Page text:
Creditors have called in more than $18 million in debt owed by the developer of the Pacific Apartments in Mount Maunganui, forcing the company into receivership and liquidation.
The receivers are selling Asia Pacific Management's 18 remaining apartments by public tender in an effort to recover $12.5 million owed to the Westpac Bank, and will hand the business over to the liquidator when they are done.
Appointed by the court in mid-February, the liquidator will distribute whatever remains of Asia Pacific's assets to other creditors before closing the company down.
Completed in 2009, the $60 million Pacific Apartments were developed by Asia Pacific's sole director and majority shareholder, Philip Lindsey.
The diamond-shaped building contains 68 apartments, ranging from one bedroom studios to the four bedroom, four bathroom and three living room penthouse on the 11th floor.
Mr Lindsey was able to sell 50 of the apartments before Westpac called his debt in.
Tenders on the unsold 18 apartments closed yesterday. However, it seemed unlikely unsecured creditors would see any of their money due to the extent of Westpac's secured claim, the receivers said. In addition to Westpac's secured claim of $12.5 million, Asia Pacific owes $1 million to an investor consortium named CP(Pacific) Ltd, $1.4 million to the Inland Revenue Department, and about $3.8 million to various unsecured creditors.
A receivers' report filed in January says the launch of the Pacific Apartments' sales programme coincided with the global financial crisis, resulting in "funding shortages for purchasers and a sudden glut of high-end apartments on the Mount Maunganui market".
Apartments at the complex were sold at discounted prices in an effort to drive sales. However, this led to the company not being able to pay its finance costs, the report says.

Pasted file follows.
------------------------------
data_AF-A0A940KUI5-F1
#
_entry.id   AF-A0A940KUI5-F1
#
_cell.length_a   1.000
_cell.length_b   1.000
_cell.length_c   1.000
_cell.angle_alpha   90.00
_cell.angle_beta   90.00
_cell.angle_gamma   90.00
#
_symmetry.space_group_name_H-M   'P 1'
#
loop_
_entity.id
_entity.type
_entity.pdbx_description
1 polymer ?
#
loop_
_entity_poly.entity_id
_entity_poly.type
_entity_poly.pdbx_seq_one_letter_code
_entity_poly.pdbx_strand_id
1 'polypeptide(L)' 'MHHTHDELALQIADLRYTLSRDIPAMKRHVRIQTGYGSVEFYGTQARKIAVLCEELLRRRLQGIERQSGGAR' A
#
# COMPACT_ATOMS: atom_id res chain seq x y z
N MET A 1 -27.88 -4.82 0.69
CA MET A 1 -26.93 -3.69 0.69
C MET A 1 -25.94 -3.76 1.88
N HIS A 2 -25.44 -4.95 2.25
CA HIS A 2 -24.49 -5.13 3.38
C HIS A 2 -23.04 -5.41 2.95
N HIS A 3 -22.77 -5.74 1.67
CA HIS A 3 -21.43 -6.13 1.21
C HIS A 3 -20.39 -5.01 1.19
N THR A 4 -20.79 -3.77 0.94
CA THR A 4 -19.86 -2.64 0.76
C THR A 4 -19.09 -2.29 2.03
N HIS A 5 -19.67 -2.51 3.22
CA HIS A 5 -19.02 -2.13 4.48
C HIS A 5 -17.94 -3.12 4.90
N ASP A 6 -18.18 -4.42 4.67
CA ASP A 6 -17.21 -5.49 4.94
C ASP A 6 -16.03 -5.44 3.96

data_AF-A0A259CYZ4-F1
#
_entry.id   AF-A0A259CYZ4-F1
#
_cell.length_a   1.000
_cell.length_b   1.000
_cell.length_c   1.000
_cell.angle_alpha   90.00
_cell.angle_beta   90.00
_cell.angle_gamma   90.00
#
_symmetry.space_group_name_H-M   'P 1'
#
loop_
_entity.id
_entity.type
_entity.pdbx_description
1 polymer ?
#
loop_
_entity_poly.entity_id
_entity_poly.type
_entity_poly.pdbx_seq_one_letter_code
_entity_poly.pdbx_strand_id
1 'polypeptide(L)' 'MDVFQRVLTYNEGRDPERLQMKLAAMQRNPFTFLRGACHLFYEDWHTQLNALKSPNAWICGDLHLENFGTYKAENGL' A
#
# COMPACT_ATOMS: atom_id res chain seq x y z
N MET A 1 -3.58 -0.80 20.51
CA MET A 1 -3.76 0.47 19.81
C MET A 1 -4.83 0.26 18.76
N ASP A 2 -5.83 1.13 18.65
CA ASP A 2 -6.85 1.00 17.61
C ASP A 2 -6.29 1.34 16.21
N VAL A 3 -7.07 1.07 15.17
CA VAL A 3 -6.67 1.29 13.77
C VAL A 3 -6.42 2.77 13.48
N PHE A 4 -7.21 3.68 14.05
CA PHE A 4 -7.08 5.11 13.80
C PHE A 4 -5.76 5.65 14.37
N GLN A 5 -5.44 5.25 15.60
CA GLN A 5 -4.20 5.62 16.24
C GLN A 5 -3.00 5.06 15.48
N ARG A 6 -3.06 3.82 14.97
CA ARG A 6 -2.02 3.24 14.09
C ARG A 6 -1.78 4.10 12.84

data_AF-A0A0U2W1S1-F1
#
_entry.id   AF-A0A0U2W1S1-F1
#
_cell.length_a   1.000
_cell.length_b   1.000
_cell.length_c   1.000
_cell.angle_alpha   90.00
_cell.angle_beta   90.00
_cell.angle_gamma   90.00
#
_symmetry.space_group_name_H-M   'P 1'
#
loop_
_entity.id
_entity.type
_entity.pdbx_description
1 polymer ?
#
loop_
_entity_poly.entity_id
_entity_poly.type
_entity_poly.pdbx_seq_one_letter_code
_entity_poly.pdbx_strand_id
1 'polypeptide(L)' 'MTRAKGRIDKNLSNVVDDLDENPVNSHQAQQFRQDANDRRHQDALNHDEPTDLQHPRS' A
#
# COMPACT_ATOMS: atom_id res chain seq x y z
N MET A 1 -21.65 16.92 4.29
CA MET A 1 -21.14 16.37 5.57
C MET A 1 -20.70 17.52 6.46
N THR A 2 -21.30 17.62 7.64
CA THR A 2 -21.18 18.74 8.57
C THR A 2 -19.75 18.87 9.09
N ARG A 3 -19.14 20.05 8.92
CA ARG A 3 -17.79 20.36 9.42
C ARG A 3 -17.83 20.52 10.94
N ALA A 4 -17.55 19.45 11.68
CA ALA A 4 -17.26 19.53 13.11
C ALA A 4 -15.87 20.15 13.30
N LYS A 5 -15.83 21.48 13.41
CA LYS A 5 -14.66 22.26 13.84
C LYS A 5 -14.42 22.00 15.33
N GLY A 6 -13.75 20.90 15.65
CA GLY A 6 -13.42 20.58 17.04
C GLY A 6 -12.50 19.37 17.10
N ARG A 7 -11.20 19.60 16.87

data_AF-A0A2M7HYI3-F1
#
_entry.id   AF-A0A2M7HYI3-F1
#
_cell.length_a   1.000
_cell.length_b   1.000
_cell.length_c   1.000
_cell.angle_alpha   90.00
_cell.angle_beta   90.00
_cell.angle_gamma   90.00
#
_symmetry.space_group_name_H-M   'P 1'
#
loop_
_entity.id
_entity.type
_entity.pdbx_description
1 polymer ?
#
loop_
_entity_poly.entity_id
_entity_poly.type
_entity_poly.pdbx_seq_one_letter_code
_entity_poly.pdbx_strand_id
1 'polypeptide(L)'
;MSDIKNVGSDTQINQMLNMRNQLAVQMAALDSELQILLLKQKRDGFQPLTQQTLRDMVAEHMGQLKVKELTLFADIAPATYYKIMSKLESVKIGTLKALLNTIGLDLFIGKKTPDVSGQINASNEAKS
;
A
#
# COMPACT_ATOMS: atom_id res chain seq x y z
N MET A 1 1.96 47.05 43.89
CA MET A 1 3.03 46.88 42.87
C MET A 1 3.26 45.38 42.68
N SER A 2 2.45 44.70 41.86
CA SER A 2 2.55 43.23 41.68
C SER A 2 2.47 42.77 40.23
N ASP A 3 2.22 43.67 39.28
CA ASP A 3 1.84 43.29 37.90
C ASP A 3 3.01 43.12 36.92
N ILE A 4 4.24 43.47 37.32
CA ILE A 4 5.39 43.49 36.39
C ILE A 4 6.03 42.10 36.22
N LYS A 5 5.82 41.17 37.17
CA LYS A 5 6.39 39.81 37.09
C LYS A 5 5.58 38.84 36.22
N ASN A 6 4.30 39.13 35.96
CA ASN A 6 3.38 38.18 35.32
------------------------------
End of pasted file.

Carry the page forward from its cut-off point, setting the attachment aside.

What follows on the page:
"By late 2012, however, the company's financial position had deteriorated to such a level that Westpac was obliged to place the company into receivership."
In addition to the 18 units at the Pacific Apartments complex, Asia Pacific owns two residential properties - one in Mount Maunganui and the other in Papamoa - which are subject to Westpac's claim.
Mr Lindsey and his wife, Tania, moved to Tauranga from Auckland in 2009. Mr Lindsey's parents, Grahame and Carol Lindsey, also moved to Tauranga to manage the Pacific Apartments and the Number 8 cafe.
The sale of the apartments was being handled by Peter Clarke of Bayleys Realty.
Ross Stanway, chief executive of Realty Services - which owns Bayleys and Eves - said expressions of interest in the apartments had been significant, with more than 200 property packs sent out to prospective buyers.
Receiver Andrew McKay of Corporate Finance said it was too early to say how many of the apartments had sold, as tenders closed only last night.